Brian G. Ritz

Article Summary:

Contests can be an effective way for a company to promote its product or service.

Prize Promotions

Contests can be an effective way for a company to promote its product or service. However, they involve more than just a catchy name, entry forms and prizes. Following are a few basic pointers to keep your company out of trouble with the law and to avoid embarrassment in the marketplace.

First and foremost, you need to be certain that your company is not inadvertently conducting a lottery. Lotteries are unlawful unless specifically authorized by the state, e.g., the Pennsylvania Lottery. In most states a lottery requires three elements:

  1. a prize to be won
  2. a winner to be determined by chance and
  3. the payment of consideration by the participant.
With any prize promotion, the first two elements are almost always present. It's usually the third element - consideration - that causes trouble.

Generally, requiring a person to purchase your company's product or service in order to enter a contest results in an unlawful lottery because the purchase constitutes consideration. However, if you permit people to enter the contest by an additional means, such as by submitting their name, address and telephone number on a postcard, consideration will be absent since a purchase is not required for entry; it is simply one method of entry. Most states have also concluded that requiring a person to visit your company's store or web site to enter a contest does not constitute the payment of consideration, and is thus acceptable.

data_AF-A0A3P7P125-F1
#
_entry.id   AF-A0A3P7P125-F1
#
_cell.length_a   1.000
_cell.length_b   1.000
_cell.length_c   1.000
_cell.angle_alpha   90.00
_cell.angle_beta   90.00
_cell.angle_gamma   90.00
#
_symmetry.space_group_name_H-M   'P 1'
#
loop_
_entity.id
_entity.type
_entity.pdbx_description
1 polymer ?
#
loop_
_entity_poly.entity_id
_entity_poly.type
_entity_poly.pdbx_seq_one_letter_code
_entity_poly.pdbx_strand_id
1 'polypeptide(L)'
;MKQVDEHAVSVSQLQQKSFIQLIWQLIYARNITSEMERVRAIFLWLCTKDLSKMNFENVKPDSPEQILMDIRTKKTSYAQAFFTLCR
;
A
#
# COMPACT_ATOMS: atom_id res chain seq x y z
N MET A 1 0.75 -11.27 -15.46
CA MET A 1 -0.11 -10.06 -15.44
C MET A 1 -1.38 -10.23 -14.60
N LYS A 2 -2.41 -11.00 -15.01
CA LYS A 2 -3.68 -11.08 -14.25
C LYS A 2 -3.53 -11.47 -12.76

Of course, your company needs to make sure that people know that they can enter the prize promotion without making a purchase. Three simple words accomplish this: "No purchase necessary."

Your company needs detailed contest rules, and must conduct the contest in accordance with those rules. Generally, the rules should include:

  1. how to enter the contest
  2. eligibility restrictions
  3. entry deadlines
  4. how and when a winner will be selected
  5. the odds of winning and
  6. a list and approximate value of the prizes.

It's wise to include a provision that permits your company to revise the rules, substitute prizes, and to terminate the prize promotion at any time upon notice. Moreover, before you award the prizes, have the winners sign an Affidavit of Eligibility / Waiver and Release giving your company permission to use the winner's name, voice and likeness, and releasing your company from claims related to the prize.

Brian G. Ritz is an attorney at Eckert Seamans Cherin & Mellott. Mr. Ritz assists clients in a myriad of tasks, including mergers, acquisitions, and dispositions; general contract drafting; formation of business entities; and general business counseling. The clients he assists range from single member limited liability companies to publicly traded corporations. For more information, visit

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